BY MIKE FUHRMAN
During interviews with Statesville Police Department officers who were investigating the January 2020 death of Shana Nichole Harmon, Qawiesha Toliver boasted that she “beat bitches up” during the time she was prostituting herself and selling crack cocaine in the streets and in drug houses in Statesville.
Testifying for the fourth day this week in the murder trial of Jhammar Bowen in Iredell County Superior Court, Toliver conceded during cross-examination that she could be violent. She also admitted she was upset that Bowen was going to have sex with Harmon in front of her on the day that Harmon was shot to death.
Toliver, who like Bowen is charged with murder and conspiracy to commit murder in Harmon’s slaying, also admitted that she lied to investigators for more than a year before giving a jailhouse interview pinning the shooting solely on Bowen.
But, during more than four hours of questioning by defense attorney Ken Darty, Toliver repeatedly rejected his assertions that she was the one who shot Harmon three times in the abandoned home off 8th Street on January 16, 2020.
Alternately defiant and disengaged, Toliver has dictated the flow of the trial throughout the week. While battling cancer, she has been taking chemotherapy and prescription medicine for nausea and pain that can make her sleepy, dizzy and confused, her lawyer said on Friday.
Twice this week Visiting Judge Lori Hamilton has suspended Toliver’s testimony after deeming her too cognitively impaired to continue. On Friday, the judge asked the state’s key witness to delay taking some of her medication in an effort to accelerate her testimony.
At one point Friday morning, after Toliver repeatedly answered “I don’t know” to a long string of Darty’s questions, the judge gave the witness a break and sent the jury out of the courtroom so the attorneys could discuss Toliver’s testimony and the lack of progress in the case. Then, when the judge told Toliver that she expected her to continue her testimony, Toliver replied, “I’m not going to answer any more questions until I get my medicine.”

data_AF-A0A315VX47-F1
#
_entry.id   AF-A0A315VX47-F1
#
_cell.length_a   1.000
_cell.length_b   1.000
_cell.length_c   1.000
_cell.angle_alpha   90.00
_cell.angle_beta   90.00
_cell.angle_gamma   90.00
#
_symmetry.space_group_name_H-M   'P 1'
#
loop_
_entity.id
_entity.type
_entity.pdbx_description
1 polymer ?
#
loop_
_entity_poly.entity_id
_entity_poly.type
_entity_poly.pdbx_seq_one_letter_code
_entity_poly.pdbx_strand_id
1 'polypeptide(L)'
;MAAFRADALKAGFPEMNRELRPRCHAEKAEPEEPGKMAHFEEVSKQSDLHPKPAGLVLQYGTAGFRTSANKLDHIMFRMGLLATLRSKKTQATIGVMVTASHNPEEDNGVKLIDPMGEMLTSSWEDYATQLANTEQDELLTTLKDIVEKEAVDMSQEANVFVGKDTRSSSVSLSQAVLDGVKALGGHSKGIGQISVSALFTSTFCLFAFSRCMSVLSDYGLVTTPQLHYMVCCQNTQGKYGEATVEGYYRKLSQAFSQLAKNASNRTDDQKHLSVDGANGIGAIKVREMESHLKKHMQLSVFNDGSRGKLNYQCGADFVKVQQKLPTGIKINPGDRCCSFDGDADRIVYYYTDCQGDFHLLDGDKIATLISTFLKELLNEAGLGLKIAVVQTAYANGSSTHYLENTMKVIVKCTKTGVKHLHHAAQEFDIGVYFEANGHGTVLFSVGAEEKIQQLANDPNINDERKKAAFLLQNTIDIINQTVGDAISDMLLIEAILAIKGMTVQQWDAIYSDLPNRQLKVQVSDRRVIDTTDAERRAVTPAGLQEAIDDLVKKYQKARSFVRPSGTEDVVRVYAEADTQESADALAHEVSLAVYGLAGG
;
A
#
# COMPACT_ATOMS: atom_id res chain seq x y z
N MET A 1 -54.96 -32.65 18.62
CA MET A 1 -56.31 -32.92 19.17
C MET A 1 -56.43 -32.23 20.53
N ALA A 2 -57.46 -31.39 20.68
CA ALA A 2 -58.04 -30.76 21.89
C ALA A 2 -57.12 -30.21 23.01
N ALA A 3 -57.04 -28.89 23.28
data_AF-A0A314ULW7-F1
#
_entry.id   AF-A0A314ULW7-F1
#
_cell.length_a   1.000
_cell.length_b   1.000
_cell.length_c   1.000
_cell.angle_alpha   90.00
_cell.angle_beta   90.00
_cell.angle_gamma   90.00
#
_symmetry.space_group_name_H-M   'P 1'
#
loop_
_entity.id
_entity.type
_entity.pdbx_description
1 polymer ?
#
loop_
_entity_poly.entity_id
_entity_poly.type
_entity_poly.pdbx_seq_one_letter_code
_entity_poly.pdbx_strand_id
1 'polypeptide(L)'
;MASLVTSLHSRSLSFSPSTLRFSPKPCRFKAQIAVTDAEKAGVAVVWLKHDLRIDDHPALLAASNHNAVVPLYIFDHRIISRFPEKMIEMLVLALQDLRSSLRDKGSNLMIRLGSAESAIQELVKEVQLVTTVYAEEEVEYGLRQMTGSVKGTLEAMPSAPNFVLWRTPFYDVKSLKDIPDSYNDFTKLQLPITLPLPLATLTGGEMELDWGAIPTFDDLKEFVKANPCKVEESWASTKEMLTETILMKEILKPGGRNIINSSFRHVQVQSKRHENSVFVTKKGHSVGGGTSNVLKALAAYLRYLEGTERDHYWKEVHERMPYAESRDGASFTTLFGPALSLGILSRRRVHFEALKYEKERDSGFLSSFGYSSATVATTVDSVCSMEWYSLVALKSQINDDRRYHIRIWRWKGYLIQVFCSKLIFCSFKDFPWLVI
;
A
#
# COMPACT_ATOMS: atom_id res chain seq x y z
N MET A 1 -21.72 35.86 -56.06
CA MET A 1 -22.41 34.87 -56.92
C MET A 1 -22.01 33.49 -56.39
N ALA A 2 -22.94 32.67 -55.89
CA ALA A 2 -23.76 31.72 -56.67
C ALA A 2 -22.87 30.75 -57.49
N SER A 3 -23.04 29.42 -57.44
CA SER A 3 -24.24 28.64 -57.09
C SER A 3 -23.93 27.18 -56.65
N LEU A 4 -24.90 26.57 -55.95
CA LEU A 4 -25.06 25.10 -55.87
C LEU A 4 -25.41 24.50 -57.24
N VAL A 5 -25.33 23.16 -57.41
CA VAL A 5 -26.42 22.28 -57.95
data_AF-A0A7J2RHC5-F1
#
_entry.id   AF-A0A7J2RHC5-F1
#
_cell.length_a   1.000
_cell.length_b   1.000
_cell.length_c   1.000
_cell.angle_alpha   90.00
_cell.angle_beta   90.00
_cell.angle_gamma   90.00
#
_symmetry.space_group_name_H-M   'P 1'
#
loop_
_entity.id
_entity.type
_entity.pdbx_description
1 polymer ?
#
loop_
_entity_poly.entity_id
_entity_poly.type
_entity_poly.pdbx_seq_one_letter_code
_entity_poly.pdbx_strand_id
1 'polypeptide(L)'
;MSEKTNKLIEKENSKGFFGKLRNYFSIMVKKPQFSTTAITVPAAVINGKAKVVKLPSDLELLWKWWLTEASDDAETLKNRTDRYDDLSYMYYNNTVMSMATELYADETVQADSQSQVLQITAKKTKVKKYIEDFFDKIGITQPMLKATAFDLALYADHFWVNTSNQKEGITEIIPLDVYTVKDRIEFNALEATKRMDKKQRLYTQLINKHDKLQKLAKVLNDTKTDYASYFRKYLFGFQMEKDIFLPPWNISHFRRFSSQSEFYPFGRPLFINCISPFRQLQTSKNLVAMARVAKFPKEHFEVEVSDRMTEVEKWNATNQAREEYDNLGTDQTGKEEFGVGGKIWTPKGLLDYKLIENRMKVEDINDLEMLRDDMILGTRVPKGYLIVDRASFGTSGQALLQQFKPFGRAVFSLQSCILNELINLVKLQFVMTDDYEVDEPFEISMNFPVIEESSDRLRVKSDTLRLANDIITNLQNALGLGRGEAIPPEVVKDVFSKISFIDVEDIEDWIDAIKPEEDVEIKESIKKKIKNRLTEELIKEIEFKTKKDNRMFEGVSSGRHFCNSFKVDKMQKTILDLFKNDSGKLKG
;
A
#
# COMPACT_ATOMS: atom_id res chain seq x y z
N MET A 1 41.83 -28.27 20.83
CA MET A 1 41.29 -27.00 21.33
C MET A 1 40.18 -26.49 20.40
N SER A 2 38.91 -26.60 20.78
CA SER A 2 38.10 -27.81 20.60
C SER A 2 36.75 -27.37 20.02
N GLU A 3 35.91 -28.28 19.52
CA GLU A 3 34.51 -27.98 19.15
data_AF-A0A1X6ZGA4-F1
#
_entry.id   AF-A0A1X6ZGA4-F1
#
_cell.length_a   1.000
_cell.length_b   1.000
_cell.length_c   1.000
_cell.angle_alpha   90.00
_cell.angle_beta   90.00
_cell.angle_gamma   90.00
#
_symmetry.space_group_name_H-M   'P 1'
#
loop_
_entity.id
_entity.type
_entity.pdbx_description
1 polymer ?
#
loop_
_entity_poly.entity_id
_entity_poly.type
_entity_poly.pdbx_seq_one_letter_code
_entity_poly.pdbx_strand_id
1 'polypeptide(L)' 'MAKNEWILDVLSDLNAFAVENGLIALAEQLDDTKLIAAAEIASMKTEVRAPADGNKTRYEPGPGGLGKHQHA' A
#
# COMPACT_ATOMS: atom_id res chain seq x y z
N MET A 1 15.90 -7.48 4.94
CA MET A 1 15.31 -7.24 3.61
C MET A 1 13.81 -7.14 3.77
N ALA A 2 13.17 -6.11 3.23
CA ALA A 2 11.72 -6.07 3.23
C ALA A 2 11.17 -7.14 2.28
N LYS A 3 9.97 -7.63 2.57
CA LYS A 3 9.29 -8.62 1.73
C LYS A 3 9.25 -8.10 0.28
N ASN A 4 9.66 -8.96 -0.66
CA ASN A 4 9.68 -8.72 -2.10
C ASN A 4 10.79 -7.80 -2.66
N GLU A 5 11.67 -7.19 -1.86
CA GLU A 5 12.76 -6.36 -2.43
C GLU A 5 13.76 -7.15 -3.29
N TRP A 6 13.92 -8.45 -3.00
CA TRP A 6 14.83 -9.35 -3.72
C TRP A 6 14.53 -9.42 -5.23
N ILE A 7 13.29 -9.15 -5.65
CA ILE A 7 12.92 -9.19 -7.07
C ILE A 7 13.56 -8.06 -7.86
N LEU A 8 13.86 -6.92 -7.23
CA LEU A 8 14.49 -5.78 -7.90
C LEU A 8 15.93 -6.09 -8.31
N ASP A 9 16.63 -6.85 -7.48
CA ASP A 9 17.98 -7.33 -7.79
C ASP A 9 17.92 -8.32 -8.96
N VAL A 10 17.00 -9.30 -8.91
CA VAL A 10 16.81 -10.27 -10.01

During her direct testimony earlier in the week, Toliver, 28, told the jury that Bowen shot Harmon twice inside the abandoned home known as the “Honeycomb Hideout” and once on the back steps after Harmon ran. A forensic pathologist testified earlier that two of the three shots — one to the head and one that damaged her heart, aorta and pulmonary artery — were lethal.
Toliver told the jury that Bowen was in front of Harmon when he shot her the final time, testimony that was seemingly at odds with forensic evidence that the final shot that felled the 25-year-old Statesville woman was to the back of the head.
Toliver also repeated her earlier testimony Friday that she did not know ahead of time that Bowen was planning to kill Harmon.
Assistant District Attorney Mikko Red Arrow has been trying to convince the jury that Bowen killed Harmon because he believed she had stolen cocaine from Toliver’s apartment.
During cross-examination, Darty attacked that theory from several fronts, implying through his questions and statements that Bowen never threatened Harmon and would not have killed her for such a small quantity of drugs — which Toliver valued at between $600 and $1,150. As evidence of this, Darty pointed to Toliver’s testimony that after a relative of hers stole $9,000 from Bowen, Bowen did not harm her.
Toliver’s statement to Statesville police Investigator Christy Cleary at the Iredell County Detention Center — made more than a year after Harmon’s death — was motivated by her desire to get out of jail on bond, Darty implied numerous times.
After giving her statement implicating Bowen, Toliver received an unsecured bond. She has been free since March of 2021 while awaiting trial.
Darty also sought to discredit her repeated statements and testimony that she was scared of Bowen. She has testified that she lied to police because that’s what she was told to do by Bowen.
“What were you afraid of?” the defense attorney asked at one point.
“That he was going to do something to me,” Toliver responded.
“Did Jhammar Bowen ever threaten to hurt you?” Darty asked.
“No,” she answered.
“Has Jhammar Bowen ever physically hit you?” Darty asked, concluding the line of questioning.
“No,” Toliver said.
While she was in jail, Toliver wrote love letters to Bowen. But, she said, she was upset when she found out that Bowen, who lived in Winston-Salem, was married. Bowen and Toliver met through an online dating app several months before Harmon’s death and began a sexual relationship before Bowen started providing Toliver with cocaine to sell, according to her earlier testimony.
Before being directed by the judge to look at the exhibits and answer Darty’s questions, Toliver had refused to look at one of the letters.
“If I don’t want to look at it, I don’t have to look at it,” she said.
Later, when asked to summarize a portion of the letter, Toliver said, “He played me. He got me good. He’s a sneaky person.”
Judge Hamilton sent the eight-woman, four-man jury and three alternates home about 4 p.m. Friday.
“I think we’ve all had about as much as we can deal with this week,” the judge told the attorneys.
Darty is scheduled to conclude his cross-examination of Toliver when the trial resumes Monday at 9 a.m.
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